I decided to paint images of the space as they
appeared on the monitor, from the camera
positioned at various points near the columns.
Helen found me a small table on which I could
paint and I placed it at the end of the space near
the large windows. I knew this would be a
challenge as I had last painted in watercolour
when I was around 12 years old! I remember
enjoying it: I used to copy reproductions of
impressionist paintings from art books.
My doubts set in as I found my first attempts
faltering and underconfident. How could I justify
exhibiting these experiments. I decided that this
learning process would become part of the work,
and I would show it, warts and all. The residency
after all was all about my response to the space,
so the time spent here would allow the work its own
momentum. Painting as a performative
installation, if you like. The paintings after all
would only be shown in this context: they would
make no sense taken away and displayed
Considerations of scale emerged when I initially
started with the paintings the same size as the
monitor 8ins x 4ins. I found this too fiddly, and
found that upping the image to 10 ins x 5 and a half
ins. was more manageable. Making the paintings
larger would push them too far away from the
scale of the monitor
and would give the impression that I was
foregrounding a sense of a more `stand alone`
kind of painting. For me, each element in the
space, the camera on the stepladder, the table with
the monitor, and the paintings needed to be seen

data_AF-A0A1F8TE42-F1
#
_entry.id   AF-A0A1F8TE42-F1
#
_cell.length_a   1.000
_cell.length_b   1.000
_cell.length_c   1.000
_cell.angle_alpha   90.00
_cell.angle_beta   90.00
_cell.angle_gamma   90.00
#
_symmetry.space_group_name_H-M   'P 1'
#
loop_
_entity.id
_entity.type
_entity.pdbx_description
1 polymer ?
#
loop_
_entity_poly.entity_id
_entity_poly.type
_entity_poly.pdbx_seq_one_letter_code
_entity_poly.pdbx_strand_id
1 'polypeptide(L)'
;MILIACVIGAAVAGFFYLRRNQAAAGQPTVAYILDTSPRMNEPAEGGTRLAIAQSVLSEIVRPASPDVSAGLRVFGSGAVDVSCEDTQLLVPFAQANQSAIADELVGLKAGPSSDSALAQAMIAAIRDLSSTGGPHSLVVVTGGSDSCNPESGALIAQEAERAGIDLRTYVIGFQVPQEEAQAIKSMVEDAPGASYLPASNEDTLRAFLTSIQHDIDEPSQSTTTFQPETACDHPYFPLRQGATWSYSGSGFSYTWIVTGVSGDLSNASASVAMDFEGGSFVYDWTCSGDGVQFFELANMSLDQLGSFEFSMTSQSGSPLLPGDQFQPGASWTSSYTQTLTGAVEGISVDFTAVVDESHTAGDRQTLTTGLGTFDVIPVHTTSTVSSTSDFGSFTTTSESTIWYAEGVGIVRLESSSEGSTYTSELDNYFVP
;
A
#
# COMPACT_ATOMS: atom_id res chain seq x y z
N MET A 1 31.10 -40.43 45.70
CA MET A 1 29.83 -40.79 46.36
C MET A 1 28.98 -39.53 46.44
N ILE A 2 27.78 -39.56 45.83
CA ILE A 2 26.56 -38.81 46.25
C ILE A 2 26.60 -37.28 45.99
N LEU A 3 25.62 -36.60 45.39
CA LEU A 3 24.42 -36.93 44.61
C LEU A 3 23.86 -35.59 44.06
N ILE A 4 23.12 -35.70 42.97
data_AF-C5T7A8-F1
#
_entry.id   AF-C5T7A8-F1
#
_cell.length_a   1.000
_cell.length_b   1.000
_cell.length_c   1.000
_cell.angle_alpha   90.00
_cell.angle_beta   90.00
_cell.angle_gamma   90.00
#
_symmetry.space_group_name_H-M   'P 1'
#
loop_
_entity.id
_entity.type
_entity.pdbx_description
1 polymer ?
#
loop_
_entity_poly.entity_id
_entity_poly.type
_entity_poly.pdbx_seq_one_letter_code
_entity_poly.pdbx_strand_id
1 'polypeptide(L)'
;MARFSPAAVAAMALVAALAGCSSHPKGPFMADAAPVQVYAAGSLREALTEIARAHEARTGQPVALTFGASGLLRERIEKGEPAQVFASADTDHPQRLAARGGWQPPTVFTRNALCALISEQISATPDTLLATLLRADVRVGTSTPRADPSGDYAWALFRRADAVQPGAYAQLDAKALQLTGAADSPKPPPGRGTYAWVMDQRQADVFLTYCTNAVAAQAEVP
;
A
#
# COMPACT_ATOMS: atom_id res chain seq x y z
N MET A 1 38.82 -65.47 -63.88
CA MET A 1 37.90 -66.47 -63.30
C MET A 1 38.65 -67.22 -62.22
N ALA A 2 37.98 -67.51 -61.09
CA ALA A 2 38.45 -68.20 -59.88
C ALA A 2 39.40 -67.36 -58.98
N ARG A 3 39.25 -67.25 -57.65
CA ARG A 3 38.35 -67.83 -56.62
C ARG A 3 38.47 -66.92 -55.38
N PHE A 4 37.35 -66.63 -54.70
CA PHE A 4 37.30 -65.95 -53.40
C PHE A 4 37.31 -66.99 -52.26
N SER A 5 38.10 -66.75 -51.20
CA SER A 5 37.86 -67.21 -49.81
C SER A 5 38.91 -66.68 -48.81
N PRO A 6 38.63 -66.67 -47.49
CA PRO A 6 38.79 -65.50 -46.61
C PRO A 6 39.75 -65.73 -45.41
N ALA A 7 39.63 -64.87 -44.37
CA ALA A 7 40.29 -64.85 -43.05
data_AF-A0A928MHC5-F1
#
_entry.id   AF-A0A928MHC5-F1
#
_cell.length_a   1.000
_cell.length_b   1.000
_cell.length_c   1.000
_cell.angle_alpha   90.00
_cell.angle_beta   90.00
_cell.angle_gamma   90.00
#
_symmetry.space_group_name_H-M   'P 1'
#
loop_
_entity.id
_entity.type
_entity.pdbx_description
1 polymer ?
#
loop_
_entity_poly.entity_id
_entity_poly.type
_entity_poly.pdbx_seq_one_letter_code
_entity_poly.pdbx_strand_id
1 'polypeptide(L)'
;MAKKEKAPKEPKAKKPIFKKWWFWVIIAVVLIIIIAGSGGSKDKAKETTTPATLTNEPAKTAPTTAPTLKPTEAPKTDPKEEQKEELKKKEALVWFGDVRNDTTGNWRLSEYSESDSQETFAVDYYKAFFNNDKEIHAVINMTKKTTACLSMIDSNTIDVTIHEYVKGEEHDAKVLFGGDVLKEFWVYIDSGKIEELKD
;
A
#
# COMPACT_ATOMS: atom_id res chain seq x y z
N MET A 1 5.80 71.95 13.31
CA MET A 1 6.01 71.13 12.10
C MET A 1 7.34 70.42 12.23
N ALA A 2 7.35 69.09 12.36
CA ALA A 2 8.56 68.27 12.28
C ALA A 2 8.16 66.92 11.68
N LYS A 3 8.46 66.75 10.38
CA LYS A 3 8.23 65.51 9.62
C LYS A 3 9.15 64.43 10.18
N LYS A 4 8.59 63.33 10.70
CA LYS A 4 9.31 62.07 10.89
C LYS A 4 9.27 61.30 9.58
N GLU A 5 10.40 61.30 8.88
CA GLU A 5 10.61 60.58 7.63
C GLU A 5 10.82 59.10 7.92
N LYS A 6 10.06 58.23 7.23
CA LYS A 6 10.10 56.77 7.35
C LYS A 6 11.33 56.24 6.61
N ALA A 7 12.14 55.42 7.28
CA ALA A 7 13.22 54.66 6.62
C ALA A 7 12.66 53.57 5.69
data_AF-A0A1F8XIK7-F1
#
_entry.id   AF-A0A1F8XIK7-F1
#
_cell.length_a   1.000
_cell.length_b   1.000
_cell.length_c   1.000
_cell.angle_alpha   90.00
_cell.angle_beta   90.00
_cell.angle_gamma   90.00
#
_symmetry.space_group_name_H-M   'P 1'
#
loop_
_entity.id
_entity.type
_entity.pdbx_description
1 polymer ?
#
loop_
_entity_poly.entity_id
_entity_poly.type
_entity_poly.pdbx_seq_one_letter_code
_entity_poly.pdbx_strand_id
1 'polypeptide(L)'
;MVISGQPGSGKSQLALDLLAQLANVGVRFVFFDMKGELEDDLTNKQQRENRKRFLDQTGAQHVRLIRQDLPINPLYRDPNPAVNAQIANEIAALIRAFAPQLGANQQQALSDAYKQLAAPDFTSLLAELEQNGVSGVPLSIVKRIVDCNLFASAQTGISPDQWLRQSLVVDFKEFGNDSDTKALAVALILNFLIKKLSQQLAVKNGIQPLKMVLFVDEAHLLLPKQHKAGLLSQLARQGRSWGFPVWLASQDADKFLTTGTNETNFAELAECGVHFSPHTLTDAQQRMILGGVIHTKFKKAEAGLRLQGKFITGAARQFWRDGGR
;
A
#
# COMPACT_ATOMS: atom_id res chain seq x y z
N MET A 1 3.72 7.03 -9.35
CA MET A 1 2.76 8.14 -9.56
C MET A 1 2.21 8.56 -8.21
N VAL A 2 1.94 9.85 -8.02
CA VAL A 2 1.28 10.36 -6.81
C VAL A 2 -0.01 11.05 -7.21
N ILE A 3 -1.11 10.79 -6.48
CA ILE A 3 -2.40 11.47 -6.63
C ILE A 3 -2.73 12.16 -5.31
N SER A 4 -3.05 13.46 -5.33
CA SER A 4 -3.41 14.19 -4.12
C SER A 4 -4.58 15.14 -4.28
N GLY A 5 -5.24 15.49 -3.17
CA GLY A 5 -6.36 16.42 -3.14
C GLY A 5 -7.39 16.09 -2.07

as of equal importance.
Another challenge for the painting process was
my decision to keep the camera slightly out of
focus. I wanted the space to be recognizable, but
to subvert the surveillance aspect. I wanted to
move the image away from a kind of clear
photographic representation. I enjoyed painting
shapes of which I only had a vague idea of their
origin – a small smudge of red was supplied by part
of a car seen through one of the small windows.
Because of my inability to create a dexterous
technique gained by those who have been using
this medium for year, I found myself painting
in an oddly contradictory way: resulting in
slightly hard edged images gleaned from out of
focus ones. This is a frustrating process, but as
time goes on I feel more confident in how
each painting evolves.
Connecting up the surveillance camera and monitor took some time: the only electricity socket turned out to be outside the space in the corridor by the toilet: many extension leads were needed to get things working. The camera was on the floor by my feet and the monitor on my lap. At last an image, but one I could not make sense of. What I was seeing was a lop- sided, fuzzy image image from underneath my chair. The unexpected colours of the white space turned out to be a soft pink/blue/purple as picked up by the camera and monitor! What appealed to me was that surveillance equipment could provide such an ambiguous looking image. Here was my starting point – Iwould represent the space as seen on the monitor from positions normally occupied by surveillance cameras. The main problem with this was getting the camera high enough without fixing it with brackets to the pillars, and I did not want to buy enough cameras to fill the space sufficiently. An answer came with the borrowing of a high step ladder on which I gaffer taped the camera. I could move the ladder around to get the kind of angles and directions I could use. I decided that my medium should be water colour.